The other two stories are a bit more serious - Christa is led astray by her employer’s wayward daughter (Lyn Yeldham) – who’s amazed to find that the German girl is still a virgin: ‘Intacto? Oh man, this is too much!’ and procures her for the remarkably unattractive pop star Ricky Strange (Steve Patterson) – who looks like he belongs in one of Hammer’s grunty prehistoric movies, throwing rocks at a back-projected lizard. This isn’t a turn-off for Christa though, and after watching Ricky gyrate and mime along to a surprisingly pleasant ditty at the generically-named nightclub Groovers (no exploitation film is really complete without a naff nightclub scene, I always feel) she’s lured into the hirsute singer’s bed after a minimum of protest. Feelings of guilt and shame ensue. This part of the film feels the sleaziest – it’s in the hypocritical ‘dire warning’ mode of exploitation cinema and strikes a completely different note to the knockabout exploits of the Scandinavians. It’s like a more concise version of films like Groupie Girl and Permissive with their alternate finger-wagging and lustful panting over the more sordid elements of the music business.
And there’s an entirely different feel again to Nan Li’s tale. Hired to work in a forbidding country mansion which feels a world away from the post-swinging London of most of the film, she’s the intended ‘playmate’ of childlike, mother-dominated pianist Rupert (Julian Barnes - not the novelist but the only attractive male in the film by a very long way). There’s almost an art cinema feel to this segment, with its wistful, melancholy quality (greatly enhanced by Me Me Lay’s sad-eyed expression throughout and the emphasis on children’s games) and the uncertainty of what exactly is going on – has Rupert’s mother actually hired Nan Li to seduce him? She certainly doesn’t look like she’s doing it for fun. Intentionally obscure or just poorly scripted – who knows? Sexual awakening taken care of, Nan quietly departs.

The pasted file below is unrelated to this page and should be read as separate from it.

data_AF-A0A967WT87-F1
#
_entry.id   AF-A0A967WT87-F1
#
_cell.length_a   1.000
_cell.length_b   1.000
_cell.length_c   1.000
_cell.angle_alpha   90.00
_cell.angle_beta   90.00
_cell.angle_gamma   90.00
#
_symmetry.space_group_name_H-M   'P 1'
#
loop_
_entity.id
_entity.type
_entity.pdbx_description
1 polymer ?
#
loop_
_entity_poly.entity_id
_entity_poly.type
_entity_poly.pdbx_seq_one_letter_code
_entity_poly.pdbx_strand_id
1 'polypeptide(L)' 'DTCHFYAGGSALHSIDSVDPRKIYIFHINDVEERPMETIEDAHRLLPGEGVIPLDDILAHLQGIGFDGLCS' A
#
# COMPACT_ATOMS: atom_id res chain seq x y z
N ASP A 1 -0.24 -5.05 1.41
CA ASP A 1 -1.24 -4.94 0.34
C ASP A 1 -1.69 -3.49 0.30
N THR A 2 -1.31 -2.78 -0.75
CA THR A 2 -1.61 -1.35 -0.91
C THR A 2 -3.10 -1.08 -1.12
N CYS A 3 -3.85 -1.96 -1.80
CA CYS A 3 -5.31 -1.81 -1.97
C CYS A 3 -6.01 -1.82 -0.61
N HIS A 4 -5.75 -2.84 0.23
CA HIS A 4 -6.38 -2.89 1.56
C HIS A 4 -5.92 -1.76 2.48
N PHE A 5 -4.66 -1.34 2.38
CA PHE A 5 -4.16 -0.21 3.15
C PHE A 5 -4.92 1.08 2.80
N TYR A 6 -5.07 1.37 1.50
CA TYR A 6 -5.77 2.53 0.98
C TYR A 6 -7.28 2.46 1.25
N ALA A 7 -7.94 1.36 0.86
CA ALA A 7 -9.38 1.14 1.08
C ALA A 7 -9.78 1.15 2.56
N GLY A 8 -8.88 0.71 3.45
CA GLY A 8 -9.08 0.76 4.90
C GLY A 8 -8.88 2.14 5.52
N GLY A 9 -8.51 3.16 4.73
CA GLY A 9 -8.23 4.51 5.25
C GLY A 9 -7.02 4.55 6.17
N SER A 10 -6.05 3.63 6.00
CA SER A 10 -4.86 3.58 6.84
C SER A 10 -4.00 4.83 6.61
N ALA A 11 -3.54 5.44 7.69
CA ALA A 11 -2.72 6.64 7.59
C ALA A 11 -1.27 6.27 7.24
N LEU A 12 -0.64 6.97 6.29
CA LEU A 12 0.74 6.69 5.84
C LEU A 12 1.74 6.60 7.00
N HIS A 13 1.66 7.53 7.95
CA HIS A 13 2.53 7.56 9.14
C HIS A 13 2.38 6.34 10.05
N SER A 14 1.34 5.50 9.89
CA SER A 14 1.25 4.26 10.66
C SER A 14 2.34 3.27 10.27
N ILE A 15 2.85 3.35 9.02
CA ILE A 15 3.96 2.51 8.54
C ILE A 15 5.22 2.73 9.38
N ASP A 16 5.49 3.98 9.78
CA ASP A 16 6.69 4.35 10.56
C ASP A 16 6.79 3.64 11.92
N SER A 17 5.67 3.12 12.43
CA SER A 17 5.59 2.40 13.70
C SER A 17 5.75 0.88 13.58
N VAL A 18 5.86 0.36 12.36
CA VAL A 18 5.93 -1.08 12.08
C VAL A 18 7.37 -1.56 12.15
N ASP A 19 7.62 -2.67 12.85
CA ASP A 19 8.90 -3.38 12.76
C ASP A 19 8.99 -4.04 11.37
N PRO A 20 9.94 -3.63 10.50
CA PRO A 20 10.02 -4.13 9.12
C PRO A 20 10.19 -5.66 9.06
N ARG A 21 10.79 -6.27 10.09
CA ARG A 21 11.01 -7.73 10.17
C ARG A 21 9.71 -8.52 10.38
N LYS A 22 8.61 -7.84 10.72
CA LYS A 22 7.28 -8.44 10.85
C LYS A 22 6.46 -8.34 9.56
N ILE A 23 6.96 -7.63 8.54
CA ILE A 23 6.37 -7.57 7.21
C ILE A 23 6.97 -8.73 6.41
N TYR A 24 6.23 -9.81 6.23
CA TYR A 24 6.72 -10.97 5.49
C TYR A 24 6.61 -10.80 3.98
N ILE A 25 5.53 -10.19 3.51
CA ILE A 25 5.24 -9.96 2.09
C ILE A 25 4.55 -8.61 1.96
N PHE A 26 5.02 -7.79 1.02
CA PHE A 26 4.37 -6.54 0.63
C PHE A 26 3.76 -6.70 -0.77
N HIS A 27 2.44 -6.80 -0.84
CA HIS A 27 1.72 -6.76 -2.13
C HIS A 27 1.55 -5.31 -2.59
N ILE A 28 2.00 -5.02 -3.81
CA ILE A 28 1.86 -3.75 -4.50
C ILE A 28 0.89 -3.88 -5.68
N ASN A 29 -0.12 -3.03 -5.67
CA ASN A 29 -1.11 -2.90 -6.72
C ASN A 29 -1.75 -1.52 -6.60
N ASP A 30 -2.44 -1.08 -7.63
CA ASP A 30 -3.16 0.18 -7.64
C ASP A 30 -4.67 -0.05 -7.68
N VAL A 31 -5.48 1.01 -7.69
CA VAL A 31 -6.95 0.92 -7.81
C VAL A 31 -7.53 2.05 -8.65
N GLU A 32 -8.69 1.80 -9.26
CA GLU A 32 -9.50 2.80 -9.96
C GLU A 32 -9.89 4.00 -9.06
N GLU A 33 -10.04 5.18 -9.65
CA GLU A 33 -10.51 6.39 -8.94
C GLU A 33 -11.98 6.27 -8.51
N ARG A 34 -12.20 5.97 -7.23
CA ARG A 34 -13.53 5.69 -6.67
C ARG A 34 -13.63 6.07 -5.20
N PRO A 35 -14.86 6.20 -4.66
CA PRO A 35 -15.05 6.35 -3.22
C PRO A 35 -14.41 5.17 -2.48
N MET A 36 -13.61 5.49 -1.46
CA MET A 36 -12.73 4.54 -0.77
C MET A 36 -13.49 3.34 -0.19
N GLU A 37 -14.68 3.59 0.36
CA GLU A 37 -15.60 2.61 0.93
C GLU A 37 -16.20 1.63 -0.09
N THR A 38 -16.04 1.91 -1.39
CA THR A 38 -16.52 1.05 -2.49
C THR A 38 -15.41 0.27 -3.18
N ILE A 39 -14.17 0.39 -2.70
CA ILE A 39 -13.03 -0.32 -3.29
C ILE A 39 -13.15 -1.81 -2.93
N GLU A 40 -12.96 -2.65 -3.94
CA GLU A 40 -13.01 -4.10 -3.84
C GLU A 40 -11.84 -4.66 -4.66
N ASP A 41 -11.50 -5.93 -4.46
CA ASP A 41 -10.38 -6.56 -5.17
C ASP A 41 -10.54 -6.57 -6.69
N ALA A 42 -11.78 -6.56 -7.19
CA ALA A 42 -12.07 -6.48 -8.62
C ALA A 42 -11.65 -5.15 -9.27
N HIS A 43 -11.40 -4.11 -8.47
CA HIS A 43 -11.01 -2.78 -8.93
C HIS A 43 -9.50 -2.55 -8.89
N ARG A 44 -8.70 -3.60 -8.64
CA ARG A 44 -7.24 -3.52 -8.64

The Christa segment has an unpleasant edge to it, but for the most part there’s something oddly lovable about Au Pair Girls. The excellent and reassuringly familiar cast has a lot to do with this: The charmingly hapless Richard O’Sullivan, for example, is infinitely preferable to the smug sleazeballs that would often pass as heroes in later sexploitation comedies. The focus on women as characters in their own right (although not exactly three-dimensional ones) rather than as a succession of conquests for the male lead helps as well (not that the film has an especially progressive attitude to gender politics – its idea that sending all the girls to a harem is a happy ending isn't likely to be embraced by feminists). Intercutting the different stories makes sure none of them outstays their welcome, but the resulting jumps in tone from story to story are a bit disorientating, though Au Pair Girls still manages to be easily one of the most entertaining British sexploitation films of the 70s. Do bear in mind, however, the words of director Val Guest (probably a bit miffed at being reduced from high-profile sci-fi, crime and social problem films in the 50s and 60s to films relying largely on shots of swaying bottoms) ‘There is absolutely no violence or kinks. There are no lesbians, no queers and no whips. Nothing like that at all.’ Oh well, never mind.
Here's the original trailer, featuring the fabulously groovy theme song: